Reduce Your Screen Time


I am not talking about actors, artists and dramatists. I am talking about the normal average YOU and I.

Exposure to screen is casting a bad spell on us as a human being and on our health and longevity. I read an excellent book on the topic.  I give below certain extracts from the book “YOUR BRAIN ON NATURE – The Science of Nature’s Influence on your Health, Happiness and Vitality “by Eva M Selhub and Alan C Logan, published by John Wiley & Sons Canada.


— nytanaya



The Internet and its connectivity have countless benefits. From support groups of various types to local and global community organizations, connectivity can be a source of comfort and a mechanism for positive change. Both of us embrace technology and appreciate the many ways in which it has enhanced health care and quality of life. Professionally and personally we rely on computers, use wireless devices and MP3 players, dabble in Facebook—and at least one of us has been known to send a tweet or two. However, we are skeptical of the prevalent sense in Western culture that more technology in our lives and greater immersion in information automatically promotes well-being and happiness. Unfortunately, most of us continue to race to keep up with the latest toys. However, evidence is mounting that chasing technological gadgets for a brighter future—one that never arrives—is taking its toll…….

…..many of us have become slaves to our screens. We use the screen to consume some 12 hours of information per day via television, the Internet, texting, music, and games. Researchers who have tracked information consumption since 1980 have found massive increases in info consumption, and it’s not just within the workplace: nonwork-related info consumption has increased 350 percent. In 1999, so-called “problem” computer use, the type associated with anxiety and depression, averaged 27 hours a week. Fast-forward to 2012 and we are all way past that average: we could clock 27 hours of screen time in just a few days. We’re plowing through information, merely skimming its surface, and we are taking time away from other activities to focus on our screens.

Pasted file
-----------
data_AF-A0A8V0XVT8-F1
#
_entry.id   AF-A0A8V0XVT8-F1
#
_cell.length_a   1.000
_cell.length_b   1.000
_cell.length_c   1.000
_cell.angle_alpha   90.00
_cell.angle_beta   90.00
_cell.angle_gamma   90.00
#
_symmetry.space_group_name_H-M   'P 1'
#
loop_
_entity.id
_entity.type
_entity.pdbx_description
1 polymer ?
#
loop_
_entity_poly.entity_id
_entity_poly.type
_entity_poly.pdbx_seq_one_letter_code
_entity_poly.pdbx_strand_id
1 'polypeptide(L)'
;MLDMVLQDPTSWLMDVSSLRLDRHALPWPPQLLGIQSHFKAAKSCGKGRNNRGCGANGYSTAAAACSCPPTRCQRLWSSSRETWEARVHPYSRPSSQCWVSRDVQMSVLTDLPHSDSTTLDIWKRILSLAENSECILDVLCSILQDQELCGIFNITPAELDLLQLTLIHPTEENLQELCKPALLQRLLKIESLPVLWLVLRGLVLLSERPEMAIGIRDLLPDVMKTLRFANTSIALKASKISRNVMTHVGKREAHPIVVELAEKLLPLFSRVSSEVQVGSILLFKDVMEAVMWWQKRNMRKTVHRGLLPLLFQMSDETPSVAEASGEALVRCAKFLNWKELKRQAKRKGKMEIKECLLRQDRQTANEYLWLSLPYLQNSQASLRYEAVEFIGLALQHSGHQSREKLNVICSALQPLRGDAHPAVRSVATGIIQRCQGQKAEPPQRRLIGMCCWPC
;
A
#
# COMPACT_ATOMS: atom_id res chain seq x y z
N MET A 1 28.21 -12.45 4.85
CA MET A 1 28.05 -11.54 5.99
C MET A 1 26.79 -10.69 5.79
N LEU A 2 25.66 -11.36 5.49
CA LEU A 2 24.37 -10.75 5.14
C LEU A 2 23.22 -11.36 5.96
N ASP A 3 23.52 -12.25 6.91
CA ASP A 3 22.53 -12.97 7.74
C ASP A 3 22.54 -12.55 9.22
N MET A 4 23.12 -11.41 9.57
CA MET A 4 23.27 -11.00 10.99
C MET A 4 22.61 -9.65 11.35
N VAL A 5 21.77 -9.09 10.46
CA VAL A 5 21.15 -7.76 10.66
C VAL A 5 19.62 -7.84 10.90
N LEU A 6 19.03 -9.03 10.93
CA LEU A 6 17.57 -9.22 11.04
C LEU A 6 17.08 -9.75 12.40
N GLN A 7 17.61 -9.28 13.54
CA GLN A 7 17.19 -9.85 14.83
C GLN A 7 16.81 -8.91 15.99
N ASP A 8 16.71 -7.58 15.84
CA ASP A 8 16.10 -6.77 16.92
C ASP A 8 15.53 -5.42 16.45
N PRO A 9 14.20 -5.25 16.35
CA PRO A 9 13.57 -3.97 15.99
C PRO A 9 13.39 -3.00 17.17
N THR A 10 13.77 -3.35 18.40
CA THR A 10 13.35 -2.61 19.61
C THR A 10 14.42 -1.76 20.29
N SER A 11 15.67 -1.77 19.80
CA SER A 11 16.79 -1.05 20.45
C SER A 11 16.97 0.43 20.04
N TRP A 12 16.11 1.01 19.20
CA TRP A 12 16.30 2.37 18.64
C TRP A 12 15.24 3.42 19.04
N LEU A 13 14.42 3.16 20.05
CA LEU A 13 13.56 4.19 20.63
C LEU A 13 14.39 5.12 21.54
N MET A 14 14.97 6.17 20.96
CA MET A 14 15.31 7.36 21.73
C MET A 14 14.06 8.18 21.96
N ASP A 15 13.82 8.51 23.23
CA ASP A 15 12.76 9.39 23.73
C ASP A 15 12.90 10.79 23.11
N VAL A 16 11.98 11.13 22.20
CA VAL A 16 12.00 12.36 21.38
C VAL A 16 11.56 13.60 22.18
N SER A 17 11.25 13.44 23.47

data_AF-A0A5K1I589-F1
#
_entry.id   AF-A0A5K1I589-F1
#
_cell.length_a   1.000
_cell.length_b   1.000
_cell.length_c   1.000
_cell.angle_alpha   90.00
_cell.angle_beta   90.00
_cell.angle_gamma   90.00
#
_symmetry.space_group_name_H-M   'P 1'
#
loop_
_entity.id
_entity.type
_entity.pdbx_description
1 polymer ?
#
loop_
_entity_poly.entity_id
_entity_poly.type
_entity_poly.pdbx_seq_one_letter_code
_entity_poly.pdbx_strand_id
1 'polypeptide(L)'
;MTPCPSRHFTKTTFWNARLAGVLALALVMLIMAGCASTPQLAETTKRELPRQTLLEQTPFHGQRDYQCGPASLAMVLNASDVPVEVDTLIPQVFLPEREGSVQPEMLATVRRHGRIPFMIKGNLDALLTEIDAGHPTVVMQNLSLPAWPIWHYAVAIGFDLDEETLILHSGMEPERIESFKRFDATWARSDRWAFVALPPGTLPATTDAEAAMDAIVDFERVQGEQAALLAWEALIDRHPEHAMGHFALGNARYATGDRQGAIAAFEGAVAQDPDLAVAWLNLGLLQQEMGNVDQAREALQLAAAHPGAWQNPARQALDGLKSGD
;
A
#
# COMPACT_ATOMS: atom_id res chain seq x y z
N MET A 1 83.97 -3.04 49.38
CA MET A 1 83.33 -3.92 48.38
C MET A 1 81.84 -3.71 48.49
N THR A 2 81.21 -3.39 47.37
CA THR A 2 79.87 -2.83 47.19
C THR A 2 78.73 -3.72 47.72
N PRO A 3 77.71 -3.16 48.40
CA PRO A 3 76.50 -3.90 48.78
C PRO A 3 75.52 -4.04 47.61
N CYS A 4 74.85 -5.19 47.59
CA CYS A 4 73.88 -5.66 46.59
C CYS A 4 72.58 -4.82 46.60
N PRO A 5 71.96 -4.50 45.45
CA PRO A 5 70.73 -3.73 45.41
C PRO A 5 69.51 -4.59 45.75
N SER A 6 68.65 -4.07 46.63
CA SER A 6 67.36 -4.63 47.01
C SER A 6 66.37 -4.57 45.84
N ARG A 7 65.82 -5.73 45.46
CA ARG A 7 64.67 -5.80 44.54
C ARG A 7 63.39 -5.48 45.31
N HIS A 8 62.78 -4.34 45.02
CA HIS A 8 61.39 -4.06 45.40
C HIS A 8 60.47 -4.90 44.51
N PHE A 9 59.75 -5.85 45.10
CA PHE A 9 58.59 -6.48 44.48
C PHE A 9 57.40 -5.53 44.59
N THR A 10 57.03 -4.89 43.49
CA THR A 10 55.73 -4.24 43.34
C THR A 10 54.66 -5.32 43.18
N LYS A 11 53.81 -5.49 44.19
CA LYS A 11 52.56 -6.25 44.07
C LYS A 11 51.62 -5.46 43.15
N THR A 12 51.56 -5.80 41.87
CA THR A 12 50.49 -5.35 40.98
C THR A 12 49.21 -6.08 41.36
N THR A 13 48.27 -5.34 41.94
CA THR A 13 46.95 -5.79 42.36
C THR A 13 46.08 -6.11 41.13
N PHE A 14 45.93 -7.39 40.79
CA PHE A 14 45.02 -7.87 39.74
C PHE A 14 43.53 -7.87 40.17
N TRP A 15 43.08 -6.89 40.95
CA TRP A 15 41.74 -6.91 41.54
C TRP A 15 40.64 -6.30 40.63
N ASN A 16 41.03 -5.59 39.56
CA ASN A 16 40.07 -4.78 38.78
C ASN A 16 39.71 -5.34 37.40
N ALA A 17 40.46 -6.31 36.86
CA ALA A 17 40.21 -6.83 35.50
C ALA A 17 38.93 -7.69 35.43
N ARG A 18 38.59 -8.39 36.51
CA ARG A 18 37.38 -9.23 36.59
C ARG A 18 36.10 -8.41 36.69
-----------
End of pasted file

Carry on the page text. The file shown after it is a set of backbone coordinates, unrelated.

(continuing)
Even if we weren’t under the thumb of our devices, we’re hardly exploiting our leisure time to our benefit. And, sadly, we can keep dreaming about the 20-hour full-time workweek facilitated by the microchip. What wasn’t anticipated was that computers and wireless devices would blur the lines of work and home. Checking work e-mails is standard, even expected, during evenings, weekends, and vacations—75 percent of workers aged 18 to 44 check e-mail while on vacation. And the lure is magnetic: almost 40 percent describe themselves as either frequent or compulsive checkers while on vacation. In the meantime, marketing wizards entice us with the promise that the latest gadget will be the one, the iSomething that will solve our problems. Never mind that tons of e-devices are considered obsolete and discarded by consumers every year, which should suggest that, in fact, last year’s device wasn’t the one.